Efforts are underway this afternoon to refloat the stricken 154,970 dwt tanker TROPIC Brilliance
which ran aground in the Suez Canal on Saturday evening after a steering gear failure.
Disruption on one of the world's key short cuts for shipping delayed around 60 vessels on the first day alone.
Latest information at the time of writing was that a smaller tanker was at the scene,
with the intention of transferring around 25,000 tonnes of crude off the grounded vessel.
A Smit salvage tug master is preparing to board the vessel to assess the situation.
A large tug would then attempt to dislodge the vessel, which after the refloat would be
taken to a nearby safe anchorage for diving inspection.
The double-hulled Tropic Brilliance ( built 1992) experienced steering gear failure
while near Ismailiya, around 84 miles northwest of Cairo. No pollution
has resulted from the incident, and all cargo tanks are reportedly undamaged.
But unfortunately, the vessel grounded in a transverse position, impeding other traffic.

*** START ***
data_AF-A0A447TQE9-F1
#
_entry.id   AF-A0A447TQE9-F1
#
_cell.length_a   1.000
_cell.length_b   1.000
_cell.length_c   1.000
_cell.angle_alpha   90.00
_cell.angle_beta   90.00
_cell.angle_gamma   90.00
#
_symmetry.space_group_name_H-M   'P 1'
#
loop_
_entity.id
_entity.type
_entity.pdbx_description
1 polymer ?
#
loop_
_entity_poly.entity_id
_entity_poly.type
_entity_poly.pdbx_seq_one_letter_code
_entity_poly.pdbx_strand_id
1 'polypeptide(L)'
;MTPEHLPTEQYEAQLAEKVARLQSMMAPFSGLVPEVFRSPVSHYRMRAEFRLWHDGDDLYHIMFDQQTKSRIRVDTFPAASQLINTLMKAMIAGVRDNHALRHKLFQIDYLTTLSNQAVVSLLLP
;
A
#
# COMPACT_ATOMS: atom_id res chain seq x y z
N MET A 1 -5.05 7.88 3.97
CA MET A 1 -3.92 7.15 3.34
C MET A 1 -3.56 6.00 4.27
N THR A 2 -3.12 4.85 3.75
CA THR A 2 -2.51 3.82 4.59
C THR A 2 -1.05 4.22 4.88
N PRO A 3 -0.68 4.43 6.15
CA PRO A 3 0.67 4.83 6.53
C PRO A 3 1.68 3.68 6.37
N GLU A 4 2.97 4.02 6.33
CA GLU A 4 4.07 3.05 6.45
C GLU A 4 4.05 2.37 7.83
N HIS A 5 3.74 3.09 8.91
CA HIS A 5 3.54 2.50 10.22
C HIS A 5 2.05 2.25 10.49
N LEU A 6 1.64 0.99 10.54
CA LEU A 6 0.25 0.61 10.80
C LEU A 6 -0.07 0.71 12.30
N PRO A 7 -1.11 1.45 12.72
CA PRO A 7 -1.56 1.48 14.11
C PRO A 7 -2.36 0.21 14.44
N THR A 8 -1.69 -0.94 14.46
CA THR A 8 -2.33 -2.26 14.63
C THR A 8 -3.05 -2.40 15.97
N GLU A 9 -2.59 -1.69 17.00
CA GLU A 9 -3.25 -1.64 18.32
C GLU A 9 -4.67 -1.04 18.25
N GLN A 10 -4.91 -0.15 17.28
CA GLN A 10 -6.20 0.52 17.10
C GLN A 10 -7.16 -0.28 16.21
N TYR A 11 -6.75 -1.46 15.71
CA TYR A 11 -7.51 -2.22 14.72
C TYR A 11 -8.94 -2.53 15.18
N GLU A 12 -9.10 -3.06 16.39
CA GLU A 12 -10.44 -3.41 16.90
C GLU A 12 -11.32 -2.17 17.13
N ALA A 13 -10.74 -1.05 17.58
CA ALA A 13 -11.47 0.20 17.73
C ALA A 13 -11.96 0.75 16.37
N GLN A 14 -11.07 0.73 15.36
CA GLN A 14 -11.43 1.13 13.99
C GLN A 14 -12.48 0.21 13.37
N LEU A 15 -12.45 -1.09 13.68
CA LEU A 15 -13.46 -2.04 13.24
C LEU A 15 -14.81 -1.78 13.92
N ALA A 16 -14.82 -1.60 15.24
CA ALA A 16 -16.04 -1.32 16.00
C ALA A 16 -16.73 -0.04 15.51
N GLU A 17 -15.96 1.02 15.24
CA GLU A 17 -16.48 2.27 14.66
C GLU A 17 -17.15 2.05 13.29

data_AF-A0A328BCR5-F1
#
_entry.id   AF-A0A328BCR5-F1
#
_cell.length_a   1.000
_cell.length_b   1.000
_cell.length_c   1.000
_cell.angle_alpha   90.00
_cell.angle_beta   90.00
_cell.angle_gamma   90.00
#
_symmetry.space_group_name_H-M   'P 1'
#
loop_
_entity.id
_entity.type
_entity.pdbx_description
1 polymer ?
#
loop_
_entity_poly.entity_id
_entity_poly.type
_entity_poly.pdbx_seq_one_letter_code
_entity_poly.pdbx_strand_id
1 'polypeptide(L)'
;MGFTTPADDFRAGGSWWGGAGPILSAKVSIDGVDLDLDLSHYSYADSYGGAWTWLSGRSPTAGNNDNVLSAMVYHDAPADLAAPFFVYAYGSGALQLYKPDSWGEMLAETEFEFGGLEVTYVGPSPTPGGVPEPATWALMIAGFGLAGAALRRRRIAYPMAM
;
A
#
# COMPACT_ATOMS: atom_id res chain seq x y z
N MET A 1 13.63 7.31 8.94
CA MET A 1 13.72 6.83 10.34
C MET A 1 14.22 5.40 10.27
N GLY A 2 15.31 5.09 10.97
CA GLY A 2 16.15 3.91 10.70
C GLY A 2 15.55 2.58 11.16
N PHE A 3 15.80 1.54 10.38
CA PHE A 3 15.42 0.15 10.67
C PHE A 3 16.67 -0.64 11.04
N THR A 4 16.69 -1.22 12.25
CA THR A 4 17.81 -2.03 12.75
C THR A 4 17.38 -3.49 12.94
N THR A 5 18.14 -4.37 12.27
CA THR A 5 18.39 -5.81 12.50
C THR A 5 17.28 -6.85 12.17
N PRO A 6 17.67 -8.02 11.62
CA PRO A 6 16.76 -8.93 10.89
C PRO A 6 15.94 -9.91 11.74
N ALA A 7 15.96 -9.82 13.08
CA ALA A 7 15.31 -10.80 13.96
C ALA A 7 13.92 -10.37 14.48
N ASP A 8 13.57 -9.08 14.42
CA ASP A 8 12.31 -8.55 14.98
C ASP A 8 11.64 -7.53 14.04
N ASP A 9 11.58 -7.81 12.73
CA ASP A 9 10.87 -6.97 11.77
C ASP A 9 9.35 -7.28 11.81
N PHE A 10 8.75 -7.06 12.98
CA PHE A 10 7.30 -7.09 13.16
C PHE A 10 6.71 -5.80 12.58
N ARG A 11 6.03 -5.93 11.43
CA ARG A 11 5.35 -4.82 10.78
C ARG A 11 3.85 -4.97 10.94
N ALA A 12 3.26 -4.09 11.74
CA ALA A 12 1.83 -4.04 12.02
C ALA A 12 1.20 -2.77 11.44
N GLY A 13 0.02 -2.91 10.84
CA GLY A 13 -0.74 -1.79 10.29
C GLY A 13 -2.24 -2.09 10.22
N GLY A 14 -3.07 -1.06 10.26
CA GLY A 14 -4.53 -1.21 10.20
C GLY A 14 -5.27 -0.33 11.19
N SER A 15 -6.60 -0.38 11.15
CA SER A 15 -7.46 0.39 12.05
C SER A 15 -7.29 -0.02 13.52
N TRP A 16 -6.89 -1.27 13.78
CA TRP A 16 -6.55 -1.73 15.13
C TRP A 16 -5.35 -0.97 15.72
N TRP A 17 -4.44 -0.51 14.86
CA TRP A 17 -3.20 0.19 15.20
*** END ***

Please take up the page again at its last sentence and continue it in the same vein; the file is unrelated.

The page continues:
Liberian-flag Tropic Brilliance is owned by
Russia's part-privatised Sovcomflot, crewed by CIS nationals, and managed out of Cyprus by Unicom.
It had recently loaded a cargo of crude - of probably around 85,000 tonnes - at Mina-Saud in Kuwait. A statement
from Unicom insisted: "Tropic Brilliance has been involved in no significant incidents in the past.
"The vessel's certificates are in full compliance with all requirements.
"This tanker trades worldwide and has never been subject to delay/detention as a result of port state inspection."
Indeed, the official intergovernmental database Equasis indicates that just one deficiency has been found during the last five port